Diana Wall awarded President’s Medal by the British Ecological Society
The British Ecological Society (BES) announced today that Diana Wall, Colorado State University Distinguished Professor, has been awarded the 2019 President’s Medal. The BES President awards this prestigious honour at the end of each term of office (every two years) as a personal gift.
“Each year, the BES awards prizes to recognise and celebrate the exceptional contributions of individuals to advancing ecology and communicating its importance for society.
“I am delighted to present this special award to Diana Wall for her outstanding contributions to soil biodiversity research, focused on Antarctic McMurdo Dry Valleys, but also for her enormous efforts in promoting the importance of soils and their ecology for tackling global environmental challenges. Diana is a true ambassador for the ecology of soil.” said Professor Richard Bardgett, president of the British Ecological Society.
On receiving the award, Diana Wall said:
“I am thrilled and extremely honoured to receive the prestigious BES President’s Medal. BES is globally recognised for significant contributions to ecology and society, making this award very special to me. My thanks to Richard Bardgett, President of The British Ecology Society, the talented early career Global Soil Biodiversity Initiative executive directors and many dedicated colleagues whose enthusiasm and energy helped launch the initiative.”
“A note of appreciation also to my lab, my collaborators and to all ecologists past and present who so soundly embraced the fun, and urgency, of studying the fascinating life in soil.
Joyce McConnell, President of Colorado State University, said:
“The President’s Medal from the British Ecological Society is an extraordinary but also fitting honour for Dr. Wall, who is truly an internationally recognised researcher in ecology—and already a recipient of international recognition for her work. The mission of the British Ecological Society, to work ‘towards a world inspired, informed and influenced by ecology,’ is one that Dr. Wall clearly embodies.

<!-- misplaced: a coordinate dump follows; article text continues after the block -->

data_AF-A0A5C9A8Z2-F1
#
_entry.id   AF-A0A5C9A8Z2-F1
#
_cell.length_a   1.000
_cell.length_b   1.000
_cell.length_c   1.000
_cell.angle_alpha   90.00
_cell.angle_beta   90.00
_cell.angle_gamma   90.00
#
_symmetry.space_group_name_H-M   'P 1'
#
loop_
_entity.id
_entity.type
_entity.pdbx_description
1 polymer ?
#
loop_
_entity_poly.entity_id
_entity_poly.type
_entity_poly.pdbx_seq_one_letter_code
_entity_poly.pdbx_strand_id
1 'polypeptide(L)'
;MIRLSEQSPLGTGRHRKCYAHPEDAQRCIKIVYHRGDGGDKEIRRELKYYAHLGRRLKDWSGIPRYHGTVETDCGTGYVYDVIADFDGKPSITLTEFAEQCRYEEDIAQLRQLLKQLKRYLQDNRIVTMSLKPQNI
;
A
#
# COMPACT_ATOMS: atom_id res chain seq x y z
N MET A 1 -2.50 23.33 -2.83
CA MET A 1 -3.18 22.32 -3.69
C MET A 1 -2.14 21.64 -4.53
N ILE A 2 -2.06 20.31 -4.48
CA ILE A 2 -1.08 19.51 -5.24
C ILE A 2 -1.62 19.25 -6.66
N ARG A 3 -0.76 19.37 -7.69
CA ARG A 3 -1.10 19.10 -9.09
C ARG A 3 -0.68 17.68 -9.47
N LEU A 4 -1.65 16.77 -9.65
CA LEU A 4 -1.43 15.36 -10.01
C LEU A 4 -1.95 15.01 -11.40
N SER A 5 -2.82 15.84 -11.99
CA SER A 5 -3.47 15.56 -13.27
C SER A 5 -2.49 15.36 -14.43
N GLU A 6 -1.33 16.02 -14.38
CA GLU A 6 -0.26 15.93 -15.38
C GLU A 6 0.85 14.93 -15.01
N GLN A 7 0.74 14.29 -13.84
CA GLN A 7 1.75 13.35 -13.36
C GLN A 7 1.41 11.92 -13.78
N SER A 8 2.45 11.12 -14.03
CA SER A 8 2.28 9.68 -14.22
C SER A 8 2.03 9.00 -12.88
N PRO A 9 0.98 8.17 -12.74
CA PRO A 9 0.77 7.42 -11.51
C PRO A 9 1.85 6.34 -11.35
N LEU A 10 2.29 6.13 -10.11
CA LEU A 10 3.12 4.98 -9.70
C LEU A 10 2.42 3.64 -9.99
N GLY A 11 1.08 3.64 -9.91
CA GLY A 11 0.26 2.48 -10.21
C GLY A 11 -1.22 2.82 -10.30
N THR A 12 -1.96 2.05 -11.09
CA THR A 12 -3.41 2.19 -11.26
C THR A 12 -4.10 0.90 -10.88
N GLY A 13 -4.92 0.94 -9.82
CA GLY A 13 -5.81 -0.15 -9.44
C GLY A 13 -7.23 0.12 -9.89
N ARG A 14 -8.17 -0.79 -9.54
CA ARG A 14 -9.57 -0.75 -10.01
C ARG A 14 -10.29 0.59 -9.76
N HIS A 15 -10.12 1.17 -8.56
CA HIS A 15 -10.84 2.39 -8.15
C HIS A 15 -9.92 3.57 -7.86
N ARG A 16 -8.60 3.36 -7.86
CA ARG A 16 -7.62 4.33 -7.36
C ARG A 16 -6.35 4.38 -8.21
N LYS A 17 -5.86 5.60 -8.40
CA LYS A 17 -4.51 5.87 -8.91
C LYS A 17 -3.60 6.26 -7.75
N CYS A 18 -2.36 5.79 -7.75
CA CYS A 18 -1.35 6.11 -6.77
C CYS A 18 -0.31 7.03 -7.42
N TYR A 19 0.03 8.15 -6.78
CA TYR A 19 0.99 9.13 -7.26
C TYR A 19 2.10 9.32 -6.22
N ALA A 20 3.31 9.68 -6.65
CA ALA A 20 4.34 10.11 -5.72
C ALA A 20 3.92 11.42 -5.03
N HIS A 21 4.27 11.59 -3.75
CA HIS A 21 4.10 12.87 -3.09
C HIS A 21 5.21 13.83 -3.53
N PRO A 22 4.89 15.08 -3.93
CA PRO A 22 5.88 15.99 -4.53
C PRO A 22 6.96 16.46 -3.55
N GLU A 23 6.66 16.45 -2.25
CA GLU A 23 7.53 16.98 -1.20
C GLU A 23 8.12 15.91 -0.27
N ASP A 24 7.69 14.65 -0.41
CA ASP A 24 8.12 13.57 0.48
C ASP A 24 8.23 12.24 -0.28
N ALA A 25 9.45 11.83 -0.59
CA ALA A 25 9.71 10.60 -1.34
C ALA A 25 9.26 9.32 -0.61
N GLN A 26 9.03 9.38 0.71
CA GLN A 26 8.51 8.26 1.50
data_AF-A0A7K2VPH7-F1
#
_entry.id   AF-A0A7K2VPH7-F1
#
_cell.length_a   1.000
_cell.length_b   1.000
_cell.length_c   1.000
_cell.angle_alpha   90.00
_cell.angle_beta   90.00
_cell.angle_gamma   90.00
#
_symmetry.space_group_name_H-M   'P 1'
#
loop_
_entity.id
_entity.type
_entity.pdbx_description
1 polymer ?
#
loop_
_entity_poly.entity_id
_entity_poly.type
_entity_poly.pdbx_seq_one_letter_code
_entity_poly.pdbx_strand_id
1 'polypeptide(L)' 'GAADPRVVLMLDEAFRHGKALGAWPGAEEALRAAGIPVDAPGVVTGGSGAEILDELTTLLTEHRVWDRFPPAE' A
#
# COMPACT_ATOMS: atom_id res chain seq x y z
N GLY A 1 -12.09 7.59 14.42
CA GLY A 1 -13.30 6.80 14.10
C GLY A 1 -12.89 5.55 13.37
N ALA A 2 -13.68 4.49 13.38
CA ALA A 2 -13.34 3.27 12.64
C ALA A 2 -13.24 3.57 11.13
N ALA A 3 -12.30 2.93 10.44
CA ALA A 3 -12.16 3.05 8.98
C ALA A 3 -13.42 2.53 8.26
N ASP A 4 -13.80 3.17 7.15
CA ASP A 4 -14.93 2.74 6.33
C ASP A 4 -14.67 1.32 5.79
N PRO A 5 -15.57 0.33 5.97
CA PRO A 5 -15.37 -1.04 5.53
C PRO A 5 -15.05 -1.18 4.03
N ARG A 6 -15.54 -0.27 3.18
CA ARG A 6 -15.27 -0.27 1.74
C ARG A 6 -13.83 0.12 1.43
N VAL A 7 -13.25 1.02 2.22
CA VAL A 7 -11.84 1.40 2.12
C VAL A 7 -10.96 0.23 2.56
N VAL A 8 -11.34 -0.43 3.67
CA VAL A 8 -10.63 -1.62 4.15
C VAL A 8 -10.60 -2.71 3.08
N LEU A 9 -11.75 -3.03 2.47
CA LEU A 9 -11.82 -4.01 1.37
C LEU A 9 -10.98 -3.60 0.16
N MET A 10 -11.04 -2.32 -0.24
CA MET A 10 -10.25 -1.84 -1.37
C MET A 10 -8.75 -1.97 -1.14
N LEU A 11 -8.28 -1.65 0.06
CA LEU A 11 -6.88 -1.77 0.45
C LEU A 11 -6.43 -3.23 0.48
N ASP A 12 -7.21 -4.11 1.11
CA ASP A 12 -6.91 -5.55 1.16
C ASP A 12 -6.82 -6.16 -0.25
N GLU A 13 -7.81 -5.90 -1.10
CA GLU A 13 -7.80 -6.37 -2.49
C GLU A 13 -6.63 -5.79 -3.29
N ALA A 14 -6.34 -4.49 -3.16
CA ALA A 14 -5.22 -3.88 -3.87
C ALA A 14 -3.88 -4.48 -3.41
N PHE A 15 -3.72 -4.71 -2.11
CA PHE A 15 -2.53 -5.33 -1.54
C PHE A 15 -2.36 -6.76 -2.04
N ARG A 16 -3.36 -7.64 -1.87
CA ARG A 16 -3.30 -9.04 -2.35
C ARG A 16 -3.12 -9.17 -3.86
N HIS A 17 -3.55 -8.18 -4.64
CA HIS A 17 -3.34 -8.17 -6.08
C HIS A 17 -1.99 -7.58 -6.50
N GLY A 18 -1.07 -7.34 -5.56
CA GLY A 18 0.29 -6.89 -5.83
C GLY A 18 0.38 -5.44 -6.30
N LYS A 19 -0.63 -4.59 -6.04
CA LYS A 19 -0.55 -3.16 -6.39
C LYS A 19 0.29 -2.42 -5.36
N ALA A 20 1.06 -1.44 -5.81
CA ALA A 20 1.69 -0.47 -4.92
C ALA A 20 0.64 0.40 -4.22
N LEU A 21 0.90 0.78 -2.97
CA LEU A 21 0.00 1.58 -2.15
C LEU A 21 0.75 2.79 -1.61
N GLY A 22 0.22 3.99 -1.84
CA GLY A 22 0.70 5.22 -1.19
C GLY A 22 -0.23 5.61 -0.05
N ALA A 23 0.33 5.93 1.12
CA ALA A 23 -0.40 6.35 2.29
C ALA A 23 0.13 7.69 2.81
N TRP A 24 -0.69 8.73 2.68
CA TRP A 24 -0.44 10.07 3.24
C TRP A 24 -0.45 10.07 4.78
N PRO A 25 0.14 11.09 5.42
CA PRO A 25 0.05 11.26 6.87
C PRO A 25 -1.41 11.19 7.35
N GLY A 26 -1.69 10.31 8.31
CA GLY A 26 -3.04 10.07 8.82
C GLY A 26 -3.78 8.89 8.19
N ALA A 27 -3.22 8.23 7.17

“Her Antarctic soil research is teaching us an incredible amount about how species and ecosystems might respond to climate change. We are so proud to see her extraordinary work recognised at this level.”
Wall, who serves as the director of the School of Global Environmental Sustainability at CSU, went to Antarctica each summer season from 1989 – 2018, analyzing soil nematodes with collaborators and her CSU team. As recognition for her work on the continent, she had an Antarctic feature, Wall Valley, named after her in 2004.
Wall’s research explores how life in soil contributes to healthy, fertile and productive soils and, consequently, to society, and the consequences of human activities on soil globally. In recent years, she spearheaded the development of a first-ever Global Soil Biodiversity Atlas, containing facts and spectacular photos of earthworms, fungal species, and soil-based bacteria.
Diana, along with the nine winners of the other 2019 BES awards, will be presented with the President’s Medal during a ceremony held at the society’s annual conference in December, which will bring together 1,200 ecologists from around 60 countries to discuss the latest advances in ecological research across the whole discipline.
For more information about the awards or to arrange an interview, please contact:
Davy Falkner, Media Relations Officer, British Ecological Society
Email: firstname.lastname@example.org, T: +44 (0)20 3994 8255, M: +44 (0) 7525 966 919
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